Welcome to the sixth artist interview on miscellany!
(1) Tell us about yourself: Hi! My name’s Jess, I’m 20 years old and I live in a small country town called Hopetoun in Victoria, Australia. I live with my parents and younger brother (plus quite a collection of pets – a dog, cats, birds and fish!) but I’ll be moving to the city next year to go to university. I work at a post office part-time, and spend the rest of my time attempting to create things! Away from art, I love running, animals, music (I play piano) and generally being outdoors.
(2) Tell us about what you create: I create drawings, paintings and other artworks in various styles, subjects and media. I’ve loved to draw for as long as I can remember, and all of my art comes from that basic love of drawing. But I also like to experiment with different ways of creating things and I don’t stick to one subject too long. I tend to find an idea that interests me, play around with it for a bit and then find a new inspiration. My shop contains items that vary from cartoon-style paper collages to realistic graphite pencil art. However, the common theme throughout all of my artworks is enjoyment and positivity – I want my art to make people feel happy and upbeat, and i often use bright colours and patterns.
(3) Tell us about your handmade art business: My Etsy shop, ArtStuffByJess, was opened in March this year, and since then I’ve been working to fill it up with fun, interesting and original art. I had never sold anything that I’d made before last year until someone suggested it would be a good way to raise money for a volunteering trip I was taking to South Africa. I sold quite a few drawings and paintings locally, and this year decided to share my creations with a wider audience! I had shopped on Etsy before and it seemed like a the perfect place to sell my kind of art.
(4) Tell us about your customers: So far I haven’t had any sales on Etsy, only face-to-face (many are people who know me and want to support a young local artist!). When I think about my target audience, I envision people a bit like me – slightly quirky, upbeat and modern, who look for unique one-off pieces when buying art, accessories etc. instead of following the crowd. I think my use of bold colours and designs would most likely attract younger customers, but you never know!
(5) Tell us where we can find your art: You can find me on Etsy, and some of my art is for sale where I work. Being from a small town, I also sometimes get people simply coming up to me and asking if I can create something just for them, because they’ve seen things I’ve done for others.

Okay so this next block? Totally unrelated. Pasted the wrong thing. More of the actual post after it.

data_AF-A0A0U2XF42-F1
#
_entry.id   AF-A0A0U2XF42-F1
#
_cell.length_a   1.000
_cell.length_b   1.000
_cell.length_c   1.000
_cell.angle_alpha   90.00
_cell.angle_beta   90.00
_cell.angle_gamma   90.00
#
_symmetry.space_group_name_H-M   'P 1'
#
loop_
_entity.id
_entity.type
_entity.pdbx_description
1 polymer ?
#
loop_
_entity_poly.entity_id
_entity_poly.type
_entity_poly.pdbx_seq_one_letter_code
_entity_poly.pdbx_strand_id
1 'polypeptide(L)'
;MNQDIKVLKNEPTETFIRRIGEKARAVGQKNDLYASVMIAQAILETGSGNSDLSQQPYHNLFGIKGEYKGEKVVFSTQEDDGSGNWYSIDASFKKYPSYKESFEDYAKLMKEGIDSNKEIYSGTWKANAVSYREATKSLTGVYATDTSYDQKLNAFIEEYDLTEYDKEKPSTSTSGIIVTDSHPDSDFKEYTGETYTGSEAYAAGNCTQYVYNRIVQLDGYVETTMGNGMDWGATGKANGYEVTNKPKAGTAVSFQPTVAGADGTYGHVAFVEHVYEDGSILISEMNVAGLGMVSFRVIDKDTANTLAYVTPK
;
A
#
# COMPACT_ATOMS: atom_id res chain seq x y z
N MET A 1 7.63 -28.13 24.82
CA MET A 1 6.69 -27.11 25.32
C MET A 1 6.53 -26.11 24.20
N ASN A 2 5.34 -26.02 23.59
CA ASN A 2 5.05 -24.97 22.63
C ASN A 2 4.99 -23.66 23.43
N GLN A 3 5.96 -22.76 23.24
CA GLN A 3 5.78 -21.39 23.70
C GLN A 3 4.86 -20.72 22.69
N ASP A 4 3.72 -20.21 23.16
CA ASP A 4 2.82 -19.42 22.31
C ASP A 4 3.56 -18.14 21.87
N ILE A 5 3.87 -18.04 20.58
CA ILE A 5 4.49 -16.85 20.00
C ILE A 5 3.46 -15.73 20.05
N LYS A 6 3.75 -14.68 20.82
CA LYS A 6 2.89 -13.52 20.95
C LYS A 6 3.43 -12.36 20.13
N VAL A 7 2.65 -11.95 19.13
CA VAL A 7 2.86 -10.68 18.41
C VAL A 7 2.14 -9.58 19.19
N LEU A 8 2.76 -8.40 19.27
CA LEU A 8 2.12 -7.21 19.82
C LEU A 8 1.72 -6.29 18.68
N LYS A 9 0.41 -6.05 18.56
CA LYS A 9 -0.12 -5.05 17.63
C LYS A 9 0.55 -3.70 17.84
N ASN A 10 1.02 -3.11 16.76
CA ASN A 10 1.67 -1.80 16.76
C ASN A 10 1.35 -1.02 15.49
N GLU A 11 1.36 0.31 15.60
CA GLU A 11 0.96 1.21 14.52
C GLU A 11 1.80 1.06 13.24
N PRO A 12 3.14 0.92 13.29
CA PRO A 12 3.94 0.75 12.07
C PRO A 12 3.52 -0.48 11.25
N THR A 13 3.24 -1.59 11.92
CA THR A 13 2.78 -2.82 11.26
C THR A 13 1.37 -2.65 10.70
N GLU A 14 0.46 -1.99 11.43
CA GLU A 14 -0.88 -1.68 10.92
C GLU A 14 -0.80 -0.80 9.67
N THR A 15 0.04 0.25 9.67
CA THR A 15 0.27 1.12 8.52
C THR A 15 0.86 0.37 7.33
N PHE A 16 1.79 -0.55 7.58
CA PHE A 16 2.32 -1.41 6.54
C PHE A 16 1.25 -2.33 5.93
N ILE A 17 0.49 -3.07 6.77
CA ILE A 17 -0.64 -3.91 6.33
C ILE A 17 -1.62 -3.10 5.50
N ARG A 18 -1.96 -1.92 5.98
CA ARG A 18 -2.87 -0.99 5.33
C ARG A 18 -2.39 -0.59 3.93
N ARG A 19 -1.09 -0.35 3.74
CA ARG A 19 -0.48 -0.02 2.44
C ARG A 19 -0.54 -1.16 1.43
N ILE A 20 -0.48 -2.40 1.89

(6) Tell us about your support: In terms of creating art, I like to work alone, and usually don’t want anyone else seeing my artwork until it’s completely finished. Occasionally I’ll ask my family for their opinions about a particular detail of an artwork, but i like to keep an element of surprise in the finished product. My family and friends, as well as my small community, are extremely supportive about my art and are always trying to get me more exposure and sales, as well as offering advice and suggestions of what to create next.
(7) Tell us about your favorites: I have plenty of blogs and websites I follow as I have plenty of varied interests! Some of my favourites are superlinguo.com (linguistics), terribleminds.com (writing) refinery29.com (fashion/beauty), thepostmansknock.com (art + calligraphy) and nationalgeographic.com. I also love looking through photography and travel books, as well as vintage encyclopaedias and science books. My favourite Etsy shops include WildnisPhotography (photography), Greysparrow (art) and Goodafternine (jewellery). I think the item from my shop that I’m proudest of would have to be my drawing of two giraffes, because I was so happy with how it turned out and it brings back a lot of great memories from when the reference photo was taken.
(8) Tell us anything else: Just thought I’d share one of my favourite quotes about being an artist: “Nobody tells this to people who are beginners, I wish someone told me. All of us who do creative work, we get into it because we have good taste. But there is this gap. For the first couple years you make stuff, it’s just not that good… But your taste, the thing that got you into the game, is still killer. And your taste is why your work disappoints you. A lot of people never get past this phase, they quit. Most people I know who do interesting, creative work went through years of this. We know our work doesn’t have this special thing that we want it to have. We all go through this. And if you are just starting out or you are still in this phase, you gotta know its normal and the most important thing you can do is do a lot of work… It is only by going through a volume of work that you will close that gap, and your work will be as good as your ambitions… It’s gonna take awhile. It’s normal to take awhile. You’ve just gotta fight your way through.” – Ira Glass